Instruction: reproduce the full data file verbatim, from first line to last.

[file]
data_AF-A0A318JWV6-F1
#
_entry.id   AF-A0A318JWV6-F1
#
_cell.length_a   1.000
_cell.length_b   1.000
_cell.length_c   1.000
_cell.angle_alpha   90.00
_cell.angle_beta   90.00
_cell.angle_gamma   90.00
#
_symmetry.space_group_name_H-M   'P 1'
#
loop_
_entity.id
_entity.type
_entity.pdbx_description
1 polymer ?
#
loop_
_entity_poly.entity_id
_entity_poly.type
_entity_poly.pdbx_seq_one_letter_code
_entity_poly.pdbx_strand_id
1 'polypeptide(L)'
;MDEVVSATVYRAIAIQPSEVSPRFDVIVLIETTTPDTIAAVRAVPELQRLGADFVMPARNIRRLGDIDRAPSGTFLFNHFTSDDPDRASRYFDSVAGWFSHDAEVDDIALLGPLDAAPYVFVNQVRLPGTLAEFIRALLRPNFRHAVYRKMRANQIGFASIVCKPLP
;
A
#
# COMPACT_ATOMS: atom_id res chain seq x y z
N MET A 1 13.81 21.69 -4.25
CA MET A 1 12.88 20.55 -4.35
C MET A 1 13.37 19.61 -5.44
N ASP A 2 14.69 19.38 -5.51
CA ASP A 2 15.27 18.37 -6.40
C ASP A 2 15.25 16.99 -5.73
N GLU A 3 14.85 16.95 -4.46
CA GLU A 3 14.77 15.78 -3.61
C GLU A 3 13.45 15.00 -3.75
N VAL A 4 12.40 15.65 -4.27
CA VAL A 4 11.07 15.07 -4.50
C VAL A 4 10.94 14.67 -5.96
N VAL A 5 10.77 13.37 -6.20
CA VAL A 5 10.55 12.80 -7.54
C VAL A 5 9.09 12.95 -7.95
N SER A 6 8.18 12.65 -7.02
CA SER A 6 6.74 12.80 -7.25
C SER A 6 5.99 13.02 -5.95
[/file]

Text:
data_AF-A0A318JWV6-F1
#
_entry.id   AF-A0A318JWV6-F1
#
_cell.length_a   1.000
_cell.length_b   1.000
_cell.length_c   1.000
_cell.angle_alpha   90.00
_cell.angle_beta   90.00
_cell.angle_gamma   90.00
#
_symmetry.space_group_name_H-M   'P 1'
#
loop_
_entity.id
_entity.type
_entity.pdbx_description
1 polymer ?
#
loop_
_entity_poly.entity_id
_entity_poly.type
_entity_poly.pdbx_seq_one_letter_code
_entity_poly.pdbx_strand_id
1 'polypeptide(L)'
;MDEVVSATVYRAIAIQPSEVSPRFDVIVLIETTTPDTIAAVRAVPELQRLGADFVMPARNIRRLGDIDRAPSGTFLFNHFTSDDPDRASRYFDSVAGWFSHDAEVDDIALLGPLDAAPYVFVNQVRLPGTLAEFIRALLRPNFRHAVYRKMRANQIGFASIVCKPLP
;
A
#
# COMPACT_ATOMS: atom_id res chain seq x y z
N MET A 1 13.81 21.69 -4.25
CA MET A 1 12.88 20.55 -4.35
C MET A 1 13.37 19.61 -5.44
N ASP A 2 14.69 19.38 -5.51
CA ASP A 2 15.27 18.37 -6.40
C ASP A 2 15.25 16.99 -5.73
N GLU A 3 14.85 16.95 -4.46
CA GLU A 3 14.77 15.78 -3.61
C GLU A 3 13.45 15.00 -3.75
N VAL A 4 12.40 15.65 -4.27
CA VAL A 4 11.07 15.07 -4.50
C VAL A 4 10.94 14.67 -5.96
N VAL A 5 10.77 13.37 -6.20
CA VAL A 5 10.55 12.80 -7.54
C VAL A 5 9.09 12.95 -7.95
N SER A 6 8.18 12.65 -7.02
CA SER A 6 6.74 12.80 -7.25
C SER A 6 5.99 13.02 -5.95